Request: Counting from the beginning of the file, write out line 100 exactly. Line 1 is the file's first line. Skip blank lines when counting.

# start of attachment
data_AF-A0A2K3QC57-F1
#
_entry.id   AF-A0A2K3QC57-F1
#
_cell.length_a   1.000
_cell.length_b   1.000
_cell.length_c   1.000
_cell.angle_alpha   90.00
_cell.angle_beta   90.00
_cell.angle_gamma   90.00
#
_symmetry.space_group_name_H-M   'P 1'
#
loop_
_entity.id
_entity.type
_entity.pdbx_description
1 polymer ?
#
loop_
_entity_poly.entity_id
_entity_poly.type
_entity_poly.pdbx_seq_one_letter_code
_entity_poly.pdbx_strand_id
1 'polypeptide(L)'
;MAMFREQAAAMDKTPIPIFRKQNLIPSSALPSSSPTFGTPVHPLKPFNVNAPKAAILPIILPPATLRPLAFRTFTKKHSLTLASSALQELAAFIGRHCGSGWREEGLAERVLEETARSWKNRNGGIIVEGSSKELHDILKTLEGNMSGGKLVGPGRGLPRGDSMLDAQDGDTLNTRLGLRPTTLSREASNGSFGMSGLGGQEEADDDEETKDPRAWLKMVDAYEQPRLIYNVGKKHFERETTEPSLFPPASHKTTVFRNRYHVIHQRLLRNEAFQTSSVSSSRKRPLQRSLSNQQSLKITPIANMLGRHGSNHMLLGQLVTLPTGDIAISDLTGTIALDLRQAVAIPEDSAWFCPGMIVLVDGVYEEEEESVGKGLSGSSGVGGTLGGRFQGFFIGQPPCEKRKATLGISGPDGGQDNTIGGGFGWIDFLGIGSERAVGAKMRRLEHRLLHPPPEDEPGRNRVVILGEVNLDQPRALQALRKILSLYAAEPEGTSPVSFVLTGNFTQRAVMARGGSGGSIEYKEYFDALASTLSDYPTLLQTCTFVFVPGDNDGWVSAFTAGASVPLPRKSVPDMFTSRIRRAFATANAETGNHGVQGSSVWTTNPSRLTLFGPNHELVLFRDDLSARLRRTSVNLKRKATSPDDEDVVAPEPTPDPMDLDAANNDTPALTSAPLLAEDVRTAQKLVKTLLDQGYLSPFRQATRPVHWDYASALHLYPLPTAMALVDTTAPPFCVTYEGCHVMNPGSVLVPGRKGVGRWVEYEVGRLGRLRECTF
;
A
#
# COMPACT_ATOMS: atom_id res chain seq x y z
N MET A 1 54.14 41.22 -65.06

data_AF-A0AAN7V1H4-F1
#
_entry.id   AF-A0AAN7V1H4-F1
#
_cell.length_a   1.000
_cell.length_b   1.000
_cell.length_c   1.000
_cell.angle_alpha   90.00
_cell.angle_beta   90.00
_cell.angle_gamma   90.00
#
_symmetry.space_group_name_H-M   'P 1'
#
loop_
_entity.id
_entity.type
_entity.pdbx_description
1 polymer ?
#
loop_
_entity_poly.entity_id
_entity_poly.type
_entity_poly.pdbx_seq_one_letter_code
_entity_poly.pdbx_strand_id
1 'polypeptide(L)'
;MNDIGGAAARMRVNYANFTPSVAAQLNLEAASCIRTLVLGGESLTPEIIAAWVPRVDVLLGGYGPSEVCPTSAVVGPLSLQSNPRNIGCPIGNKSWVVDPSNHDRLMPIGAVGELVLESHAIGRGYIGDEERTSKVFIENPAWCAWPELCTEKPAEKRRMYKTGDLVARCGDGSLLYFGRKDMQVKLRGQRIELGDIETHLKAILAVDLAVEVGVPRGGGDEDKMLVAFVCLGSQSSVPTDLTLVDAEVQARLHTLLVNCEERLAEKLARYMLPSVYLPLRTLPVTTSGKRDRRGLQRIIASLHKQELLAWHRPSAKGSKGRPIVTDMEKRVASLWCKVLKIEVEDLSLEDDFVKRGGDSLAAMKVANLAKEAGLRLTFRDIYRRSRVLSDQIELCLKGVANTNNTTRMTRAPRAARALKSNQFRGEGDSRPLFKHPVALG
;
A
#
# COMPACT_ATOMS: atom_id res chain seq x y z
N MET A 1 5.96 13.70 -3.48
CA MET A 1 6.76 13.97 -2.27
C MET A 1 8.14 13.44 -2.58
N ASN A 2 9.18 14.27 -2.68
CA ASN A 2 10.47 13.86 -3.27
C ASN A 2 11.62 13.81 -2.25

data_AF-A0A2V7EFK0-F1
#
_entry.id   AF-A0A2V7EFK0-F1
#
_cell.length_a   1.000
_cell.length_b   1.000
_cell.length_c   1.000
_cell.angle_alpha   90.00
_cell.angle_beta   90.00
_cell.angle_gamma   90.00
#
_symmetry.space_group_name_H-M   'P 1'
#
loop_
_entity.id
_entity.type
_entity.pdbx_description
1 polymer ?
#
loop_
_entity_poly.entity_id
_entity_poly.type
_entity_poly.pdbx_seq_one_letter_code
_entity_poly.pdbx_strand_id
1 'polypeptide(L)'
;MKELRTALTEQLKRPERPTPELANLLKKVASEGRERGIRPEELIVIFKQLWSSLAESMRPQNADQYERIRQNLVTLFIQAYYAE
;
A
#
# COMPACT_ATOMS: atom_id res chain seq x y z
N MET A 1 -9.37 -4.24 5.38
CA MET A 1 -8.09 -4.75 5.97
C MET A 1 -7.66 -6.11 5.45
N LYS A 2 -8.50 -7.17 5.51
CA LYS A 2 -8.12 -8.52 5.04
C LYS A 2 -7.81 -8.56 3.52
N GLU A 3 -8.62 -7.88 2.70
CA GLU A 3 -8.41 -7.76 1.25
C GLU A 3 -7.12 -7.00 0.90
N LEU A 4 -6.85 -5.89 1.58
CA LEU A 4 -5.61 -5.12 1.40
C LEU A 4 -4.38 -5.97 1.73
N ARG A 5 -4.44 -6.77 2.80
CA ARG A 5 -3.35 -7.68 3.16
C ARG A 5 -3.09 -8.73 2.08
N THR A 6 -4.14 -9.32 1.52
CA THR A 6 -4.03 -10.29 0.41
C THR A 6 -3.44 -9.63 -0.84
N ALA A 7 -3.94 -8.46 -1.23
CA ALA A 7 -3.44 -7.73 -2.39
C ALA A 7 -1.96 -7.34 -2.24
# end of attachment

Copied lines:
C MET A 1 -7.66 -6.11 5.45